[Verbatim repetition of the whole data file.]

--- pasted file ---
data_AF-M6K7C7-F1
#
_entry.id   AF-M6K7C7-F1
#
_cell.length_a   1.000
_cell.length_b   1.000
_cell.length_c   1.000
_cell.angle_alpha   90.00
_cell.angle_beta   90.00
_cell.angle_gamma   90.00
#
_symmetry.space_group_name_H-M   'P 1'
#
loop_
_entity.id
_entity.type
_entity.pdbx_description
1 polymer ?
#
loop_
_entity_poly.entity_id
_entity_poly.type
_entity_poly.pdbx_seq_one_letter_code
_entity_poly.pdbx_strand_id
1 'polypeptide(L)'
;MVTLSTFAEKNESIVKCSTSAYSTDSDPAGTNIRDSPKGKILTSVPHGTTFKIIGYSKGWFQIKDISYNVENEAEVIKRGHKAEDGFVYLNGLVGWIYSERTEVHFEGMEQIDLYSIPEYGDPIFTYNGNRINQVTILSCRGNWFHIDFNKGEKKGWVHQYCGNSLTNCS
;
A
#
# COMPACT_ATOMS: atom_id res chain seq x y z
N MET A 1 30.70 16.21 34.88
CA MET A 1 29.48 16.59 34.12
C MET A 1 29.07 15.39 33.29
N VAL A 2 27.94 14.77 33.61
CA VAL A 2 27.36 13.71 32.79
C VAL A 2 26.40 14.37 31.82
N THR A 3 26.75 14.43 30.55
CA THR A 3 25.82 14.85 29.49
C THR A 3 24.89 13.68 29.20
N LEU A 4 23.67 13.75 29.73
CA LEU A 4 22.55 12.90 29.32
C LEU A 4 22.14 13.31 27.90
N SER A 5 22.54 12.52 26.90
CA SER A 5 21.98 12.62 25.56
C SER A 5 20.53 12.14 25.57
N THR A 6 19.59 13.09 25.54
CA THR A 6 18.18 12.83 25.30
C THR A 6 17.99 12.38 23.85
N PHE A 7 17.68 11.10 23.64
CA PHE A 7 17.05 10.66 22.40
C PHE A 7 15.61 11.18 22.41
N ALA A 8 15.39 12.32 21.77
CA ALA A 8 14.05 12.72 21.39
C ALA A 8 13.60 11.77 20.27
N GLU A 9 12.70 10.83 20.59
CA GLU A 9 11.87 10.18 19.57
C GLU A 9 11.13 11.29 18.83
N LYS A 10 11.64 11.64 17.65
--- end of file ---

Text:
data_AF-M6K7C7-F1
#
_entry.id   AF-M6K7C7-F1
#
_cell.length_a   1.000
_cell.length_b   1.000
_cell.length_c   1.000
_cell.angle_alpha   90.00
_cell.angle_beta   90.00
_cell.angle_gamma   90.00
#
_symmetry.space_group_name_H-M   'P 1'
#
loop_
_entity.id
_entity.type
_entity.pdbx_description
1 polymer ?
#
loop_
_entity_poly.entity_id
_entity_poly.type
_entity_poly.pdbx_seq_one_letter_code
_entity_poly.pdbx_strand_id
1 'polypeptide(L)'
;MVTLSTFAEKNESIVKCSTSAYSTDSDPAGTNIRDSPKGKILTSVPHGTTFKIIGYSKGWFQIKDISYNVENEAEVIKRGHKAEDGFVYLNGLVGWIYSERTEVHFEGMEQIDLYSIPEYGDPIFTYNGNRINQVTILSCRGNWFHIDFNKGEKKGWVHQYCGNSLTNCS
;
A
#
# COMPACT_ATOMS: atom_id res chain seq x y z
N MET A 1 30.70 16.21 34.88
CA MET A 1 29.48 16.59 34.12
C MET A 1 29.07 15.39 33.29
N VAL A 2 27.94 14.77 33.61
CA VAL A 2 27.36 13.71 32.79
C VAL A 2 26.40 14.37 31.82
N THR A 3 26.75 14.43 30.55
CA THR A 3 25.82 14.85 29.49
C THR A 3 24.89 13.68 29.20
N LEU A 4 23.67 13.75 29.73
CA LEU A 4 22.55 12.90 29.32
C LEU A 4 22.14 13.31 27.90
N SER A 5 22.54 12.52 26.90
CA SER A 5 21.98 12.62 25.56
C SER A 5 20.53 12.14 25.57
N THR A 6 19.59 13.09 25.54
CA THR A 6 18.18 12.83 25.30
C THR A 6 17.99 12.38 23.85
N PHE A 7 17.68 11.10 23.64
CA PHE A 7 17.05 10.66 22.40
C PHE A 7 15.61 11.18 22.41
N ALA A 8 15.39 12.32 21.77
CA ALA A 8 14.05 12.72 21.39
C ALA A 8 13.60 11.77 20.27
N GLU A 9 12.70 10.83 20.59
CA GLU A 9 11.87 10.18 19.57
C GLU A 9 11.13 11.29 18.83
N LYS A 10 11.64 11.64 17.65